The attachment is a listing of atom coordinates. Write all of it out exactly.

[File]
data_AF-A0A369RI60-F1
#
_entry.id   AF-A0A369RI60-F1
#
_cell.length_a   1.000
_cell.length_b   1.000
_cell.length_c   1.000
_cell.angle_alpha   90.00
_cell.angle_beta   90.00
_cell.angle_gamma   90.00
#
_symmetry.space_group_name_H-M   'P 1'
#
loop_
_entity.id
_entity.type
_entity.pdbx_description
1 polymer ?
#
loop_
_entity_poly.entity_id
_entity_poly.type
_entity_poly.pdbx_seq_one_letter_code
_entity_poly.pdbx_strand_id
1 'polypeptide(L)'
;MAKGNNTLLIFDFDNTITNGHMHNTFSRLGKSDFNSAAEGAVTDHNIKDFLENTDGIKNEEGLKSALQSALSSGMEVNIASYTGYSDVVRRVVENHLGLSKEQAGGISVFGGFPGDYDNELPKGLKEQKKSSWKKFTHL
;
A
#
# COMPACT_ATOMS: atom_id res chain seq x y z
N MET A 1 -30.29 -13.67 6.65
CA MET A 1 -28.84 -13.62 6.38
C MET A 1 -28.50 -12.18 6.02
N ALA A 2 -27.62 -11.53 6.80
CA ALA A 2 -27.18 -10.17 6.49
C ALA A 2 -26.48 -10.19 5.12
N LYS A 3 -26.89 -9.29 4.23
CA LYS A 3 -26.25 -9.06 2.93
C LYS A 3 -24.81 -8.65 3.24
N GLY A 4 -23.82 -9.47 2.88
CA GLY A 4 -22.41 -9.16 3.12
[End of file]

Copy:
data_AF-A0A369RI60-F1
#
_entry.id   AF-A0A369RI60-F1
#
_cell.length_a   1.000
_cell.length_b   1.000
_cell.length_c   1.000
_cell.angle_alpha   90.00
_cell.angle_beta   90.00
_cell.angle_gamma   90.00
#
_symmetry.space_group_name_H-M   'P 1'
#
loop_
_entity.id
_entity.type
_entity.pdbx_description
1 polymer ?
#
loop_
_entity_poly.entity_id
_entity_poly.type
_entity_poly.pdbx_seq_one_letter_code
_entity_poly.pdbx_strand_id
1 'polypeptide(L)'
;MAKGNNTLLIFDFDNTITNGHMHNTFSRLGKSDFNSAAEGAVTDHNIKDFLENTDGIKNEEGLKSALQSALSSGMEVNIASYTGYSDVVRRVVENHLGLSKEQAGGISVFGGFPGDYDNELPKGLKEQKKSSWKKFTHL
;
A
#
# COMPACT_ATOMS: atom_id res chain seq x y z
N MET A 1 -30.29 -13.67 6.65
CA MET A 1 -28.84 -13.62 6.38
C MET A 1 -28.50 -12.18 6.02
N ALA A 2 -27.62 -11.53 6.80
CA ALA A 2 -27.18 -10.17 6.49
C ALA A 2 -26.48 -10.19 5.12
N LYS A 3 -26.89 -9.29 4.23
CA LYS A 3 -26.25 -9.06 2.93
C LYS A 3 -24.81 -8.65 3.24
N GLY A 4 -23.82 -9.47 2.88
CA GLY A 4 -22.41 -9.16 3.12